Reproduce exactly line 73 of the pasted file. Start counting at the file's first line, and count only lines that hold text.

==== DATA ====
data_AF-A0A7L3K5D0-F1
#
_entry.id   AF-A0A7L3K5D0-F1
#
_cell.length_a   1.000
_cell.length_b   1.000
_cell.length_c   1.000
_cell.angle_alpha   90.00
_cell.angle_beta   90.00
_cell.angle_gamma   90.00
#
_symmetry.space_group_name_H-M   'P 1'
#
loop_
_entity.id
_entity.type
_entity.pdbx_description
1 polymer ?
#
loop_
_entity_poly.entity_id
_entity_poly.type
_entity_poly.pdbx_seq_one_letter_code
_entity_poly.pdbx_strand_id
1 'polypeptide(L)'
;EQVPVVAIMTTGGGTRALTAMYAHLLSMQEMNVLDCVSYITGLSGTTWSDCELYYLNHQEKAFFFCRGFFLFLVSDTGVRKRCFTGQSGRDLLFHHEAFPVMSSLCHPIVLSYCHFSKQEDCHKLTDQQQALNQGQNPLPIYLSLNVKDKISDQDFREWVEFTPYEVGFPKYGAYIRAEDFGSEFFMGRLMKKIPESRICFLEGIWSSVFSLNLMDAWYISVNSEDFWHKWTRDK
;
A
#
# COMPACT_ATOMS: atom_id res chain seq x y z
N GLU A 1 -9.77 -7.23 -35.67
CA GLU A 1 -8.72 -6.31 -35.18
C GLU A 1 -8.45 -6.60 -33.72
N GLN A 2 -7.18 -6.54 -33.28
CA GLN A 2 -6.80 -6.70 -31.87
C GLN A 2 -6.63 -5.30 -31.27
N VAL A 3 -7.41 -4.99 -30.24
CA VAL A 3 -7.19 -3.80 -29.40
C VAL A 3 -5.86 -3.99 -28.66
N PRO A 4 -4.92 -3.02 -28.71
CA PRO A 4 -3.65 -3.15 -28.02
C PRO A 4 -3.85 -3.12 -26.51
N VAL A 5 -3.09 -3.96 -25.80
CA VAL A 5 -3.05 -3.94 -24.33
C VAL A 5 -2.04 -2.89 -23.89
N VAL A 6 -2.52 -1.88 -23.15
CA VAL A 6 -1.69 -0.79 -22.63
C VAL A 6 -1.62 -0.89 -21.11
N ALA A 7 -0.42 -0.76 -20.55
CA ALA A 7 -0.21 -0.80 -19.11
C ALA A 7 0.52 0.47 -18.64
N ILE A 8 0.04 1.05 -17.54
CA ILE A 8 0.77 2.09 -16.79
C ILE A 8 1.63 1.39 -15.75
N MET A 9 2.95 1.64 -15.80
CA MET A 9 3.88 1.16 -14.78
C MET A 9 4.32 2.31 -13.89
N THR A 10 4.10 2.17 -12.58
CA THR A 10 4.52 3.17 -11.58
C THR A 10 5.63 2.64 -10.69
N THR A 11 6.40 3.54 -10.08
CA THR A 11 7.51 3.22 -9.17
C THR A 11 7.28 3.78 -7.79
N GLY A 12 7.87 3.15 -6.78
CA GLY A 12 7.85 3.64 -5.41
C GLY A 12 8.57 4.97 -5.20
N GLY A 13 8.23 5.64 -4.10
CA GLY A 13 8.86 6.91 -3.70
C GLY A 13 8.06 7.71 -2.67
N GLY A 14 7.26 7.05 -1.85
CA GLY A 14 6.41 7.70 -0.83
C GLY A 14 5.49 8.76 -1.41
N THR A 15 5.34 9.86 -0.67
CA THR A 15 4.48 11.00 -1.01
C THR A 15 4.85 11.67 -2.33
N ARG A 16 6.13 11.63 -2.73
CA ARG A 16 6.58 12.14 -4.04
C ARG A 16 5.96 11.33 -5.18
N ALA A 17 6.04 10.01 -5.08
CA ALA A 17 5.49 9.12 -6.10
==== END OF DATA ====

N THR A 15 5.34 9.86 -0.67